This page summarizes the relationships among specifications, whether they are finished standards or drafts. Below, each title links to the most recent version of a document. For related introductory information, see: Identifiers.
W3C Recommendations have been reviewed by W3C Members, by software developers, and by other W3C groups and interested parties, and are endorsed by the Director as Web Standards. Learn more about the W3C Recommendation Track.
Group Notes are not standards and do not have the same level of W3C endorsement.
This document is a placeholder to indicate that a document which had previously been a workding draft on the Recommendation Track is no longer being developed on the Recommendation Track. Instead, a TAG Finding has been published, based in part on the content of the working draft. The Finding is not on the Recommendation Track.
This document defines a generic, abbreviated syntax for expressing URIs. This syntax is intended to be used as a common element by language designers. Target languages include, but are not limited to, XML languages. The intended audience for this document is Language designers, not the users of those Languages.
The Resource Description Framework RDF allows users to describe both Web documents and concepts from the real world—people, organisations, topics, things—in a computer-processable way. Publishing such descriptions on the Web creates the Semantic Web. URIs (Uniform Resource Identifiers) are very important, providing both the core of the framework itself and the link between RDF and the Web. This document presents guidelines for their effective use. It discusses two strategies, called 303 URIs and hash URIs. It gives pointers to several Web sites that use these solutions, and briefly discusses why several other proposals have problems.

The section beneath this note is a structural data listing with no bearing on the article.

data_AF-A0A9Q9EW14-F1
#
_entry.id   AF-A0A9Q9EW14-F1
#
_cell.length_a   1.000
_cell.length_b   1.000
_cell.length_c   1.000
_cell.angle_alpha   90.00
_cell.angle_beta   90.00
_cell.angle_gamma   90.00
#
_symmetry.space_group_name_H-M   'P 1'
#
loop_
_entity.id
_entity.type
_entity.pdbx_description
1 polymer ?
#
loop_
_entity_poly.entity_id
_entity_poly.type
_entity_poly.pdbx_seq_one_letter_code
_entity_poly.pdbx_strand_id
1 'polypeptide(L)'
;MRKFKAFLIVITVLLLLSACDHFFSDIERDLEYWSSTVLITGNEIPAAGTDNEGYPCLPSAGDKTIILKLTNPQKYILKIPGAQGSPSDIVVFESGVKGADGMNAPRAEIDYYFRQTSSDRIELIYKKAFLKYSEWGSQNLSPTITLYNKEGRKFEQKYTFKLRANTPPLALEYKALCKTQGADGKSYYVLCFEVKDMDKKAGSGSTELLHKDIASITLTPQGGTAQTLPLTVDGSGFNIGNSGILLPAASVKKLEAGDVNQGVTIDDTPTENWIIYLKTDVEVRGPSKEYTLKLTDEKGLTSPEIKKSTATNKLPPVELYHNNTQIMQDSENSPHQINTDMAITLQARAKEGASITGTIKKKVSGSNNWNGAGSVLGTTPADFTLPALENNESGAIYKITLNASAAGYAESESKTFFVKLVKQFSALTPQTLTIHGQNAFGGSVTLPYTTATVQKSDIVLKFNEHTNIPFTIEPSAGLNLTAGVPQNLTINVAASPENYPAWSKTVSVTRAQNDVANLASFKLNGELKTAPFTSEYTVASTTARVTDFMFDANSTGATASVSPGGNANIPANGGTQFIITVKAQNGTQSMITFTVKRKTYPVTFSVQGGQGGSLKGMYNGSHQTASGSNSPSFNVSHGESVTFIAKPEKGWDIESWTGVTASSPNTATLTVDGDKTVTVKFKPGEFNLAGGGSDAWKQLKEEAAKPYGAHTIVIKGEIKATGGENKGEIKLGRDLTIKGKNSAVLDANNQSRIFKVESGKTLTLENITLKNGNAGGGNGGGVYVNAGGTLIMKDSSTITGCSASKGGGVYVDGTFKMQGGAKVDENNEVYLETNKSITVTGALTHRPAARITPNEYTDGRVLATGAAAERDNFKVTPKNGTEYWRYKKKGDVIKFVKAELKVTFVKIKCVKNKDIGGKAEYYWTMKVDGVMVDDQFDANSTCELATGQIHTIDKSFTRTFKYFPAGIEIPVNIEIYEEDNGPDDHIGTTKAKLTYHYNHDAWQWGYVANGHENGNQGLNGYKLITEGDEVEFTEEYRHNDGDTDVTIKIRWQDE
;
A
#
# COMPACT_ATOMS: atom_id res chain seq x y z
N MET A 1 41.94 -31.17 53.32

For historic reasons, some formats have allowed variants of IRIs that are somewhat less restricted in syntax, for example XML system identifiers and W3C XML Schema anyURIs. This document provides a definition and a name (Legacy Extended IRI or LEIRI) for these variants for easy reference.
This paper addresses and attempts to clarify two issues pertaining to URIs, and presents recommendations. Section 1 addresses how URI space is partitioned and the relationship between URIs, URLs, and URNs. Section 2 describes how URI schemes and URN namespace ids are registered. Section 3 mentions additional unresolved issues not considered by this paper and section 4 presents recommendations.
This document is an informational document and discusses the requirements posed to URI schemes for identifying resources in Television (TV) Broadcast environments. The document is the outcome of discussions on this subject by the W3C TV-Web Interest Group [TVWebIG, TVWebMail].
Typical use cases are summarized where TV Broadcast URIs are involved. A distinction is made between Global and Local usage. Also, a hierarchy of resource types is identified. Requirements related to the Global usage case are listed.
The following resources are relevant to this area of work.
RFC 3986: Uniform Resource Identifier (URI): Generic Syntax defines URIs. Quoting from the RFC: "A Uniform Resource Identifier (URI) is a compact sequence of characters that identifies an abstract or physical resource. This specification defines the generic URI syntax and a process for resolving URI references that might be in relative form, along with guidelines and security considerations for the use of URIs on the Internet."